Sunday, 21 October 2007

"Not waving but freelancing" OR "Blood, blood everywhere, but not a drop to drink..."

There are many truly wonderful aspects to being a writer, to being self-employed.

A regular income stream is not one of them.

If you want an easy, secure life devoid of last second borrowing, gnashing, wailing, acid indigestion, and sweaty-browed internet banking jazz hands, then move along, friend. This show is not for you.

It's why this is a frustrating day as I'm not quite sure I've managed to get all my ducks in a row on rent day. I'm relying on the great glowing tubes of bank fund transfer not to get clogged, or hold up the cash that is mine, and will cover everything... but only if it gets piped into my account today. Should do - the precedents are hopeful - but otherwise Mr Barclays will pocket thirty of my English pounds. Bah.

The goal as a jobbing writer, naturally, is to reach a point where commissions flow freely into your life, but, as writers are generally self-employed, this is never going to be guaranteed. And when you're down in the trenches at the start of your career, among the mud, tears and artillery shell detonations of yet more "encouraging rejections", this is even more the case.

And the biggest thing that every freelancer knows, of course, is that no one ever pays you on time. I do keep wondering if it's my next contract that will have a clause that reads "payment due on the very NEXT day after you absolutely, totally, utterly need it."

A bit like war, you wait and wait and wait. And wait.

And then everything happens all at once, at tremendous, sickening speed (often accompanied by hysterical screams)

For instance, I've got a job that I hopefully should be starting soon - all I can really say is that it's a script about vampires, and I'm really excited - but the contract negotiation has gotten veeeery complicated, for all sorts of boring reasons, and is taking far longer to sort out than anyone anticipated. Plus, real life intrudes: my agent just got married, and has jetted off on her honeymoon to the Maldives. Which is really, really fab, and I couldn't be happier for her as she's dead nice n that and a truly great agent... but does put another spanner in already creaking negotiational clockwork.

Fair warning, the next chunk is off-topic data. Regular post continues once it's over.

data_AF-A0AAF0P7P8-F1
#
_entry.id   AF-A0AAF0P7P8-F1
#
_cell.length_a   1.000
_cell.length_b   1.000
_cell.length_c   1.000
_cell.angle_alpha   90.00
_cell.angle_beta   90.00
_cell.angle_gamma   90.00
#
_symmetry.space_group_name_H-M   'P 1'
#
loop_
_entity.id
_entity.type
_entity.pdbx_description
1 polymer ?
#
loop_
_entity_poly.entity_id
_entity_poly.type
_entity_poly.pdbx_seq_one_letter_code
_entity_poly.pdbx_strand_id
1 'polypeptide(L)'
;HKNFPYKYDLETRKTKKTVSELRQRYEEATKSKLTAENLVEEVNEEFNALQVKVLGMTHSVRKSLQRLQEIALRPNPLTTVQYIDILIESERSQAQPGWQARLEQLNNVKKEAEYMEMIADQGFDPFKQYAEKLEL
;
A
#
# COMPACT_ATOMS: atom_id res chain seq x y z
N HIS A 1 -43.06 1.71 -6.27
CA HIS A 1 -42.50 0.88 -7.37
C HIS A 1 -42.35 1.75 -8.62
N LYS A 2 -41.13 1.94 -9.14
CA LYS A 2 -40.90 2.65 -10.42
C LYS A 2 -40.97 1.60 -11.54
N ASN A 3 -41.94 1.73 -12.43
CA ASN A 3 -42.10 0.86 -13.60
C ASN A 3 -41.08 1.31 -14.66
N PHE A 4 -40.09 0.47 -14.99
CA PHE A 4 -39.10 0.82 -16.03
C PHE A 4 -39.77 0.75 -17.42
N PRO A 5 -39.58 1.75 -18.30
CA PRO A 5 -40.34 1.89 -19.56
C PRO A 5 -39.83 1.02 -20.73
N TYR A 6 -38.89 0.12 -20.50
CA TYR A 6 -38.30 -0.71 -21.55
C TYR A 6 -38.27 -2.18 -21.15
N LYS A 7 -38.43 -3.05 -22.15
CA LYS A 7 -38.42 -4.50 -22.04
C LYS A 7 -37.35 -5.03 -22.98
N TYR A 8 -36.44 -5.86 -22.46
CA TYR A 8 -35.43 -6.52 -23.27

It's not even as if there's anyone to blame or get passively aggressively furious at (I don't do confrontation-- it's undignified. Oh, and it scares me. What if people shout and slam doors sarcastically. erk). The job is with good friends and the delays are due to perfectly understandable hold ups, as well as the sluggish nervous systems of large organisations.

The problem is with me, really, and what always underlines this stage of the commissioning process, the constant, niggling worry which most writers suffer, I'm sure... that until the ink is dry on the page the whole deal could fall apart somehow, at any moment, and again you'll be left with nothing... and having to start your endless, painful crawl back up Mount Doom in search of the next commission (always juggle eight potential jobs in the air at any one time in the hope that one will come good and make the trick all worth it)

But you just have to put that out of your mind, and get on with the NEXT thing while you wait.

Which is why I may talk in the next few days about... The Creative Process.

Or, at least, My Creative Process, and being stuck as I try to "break" (er, flesh out) my ideas for Channel 4's new talent PILOT drama scheme (if you're interested, it's here)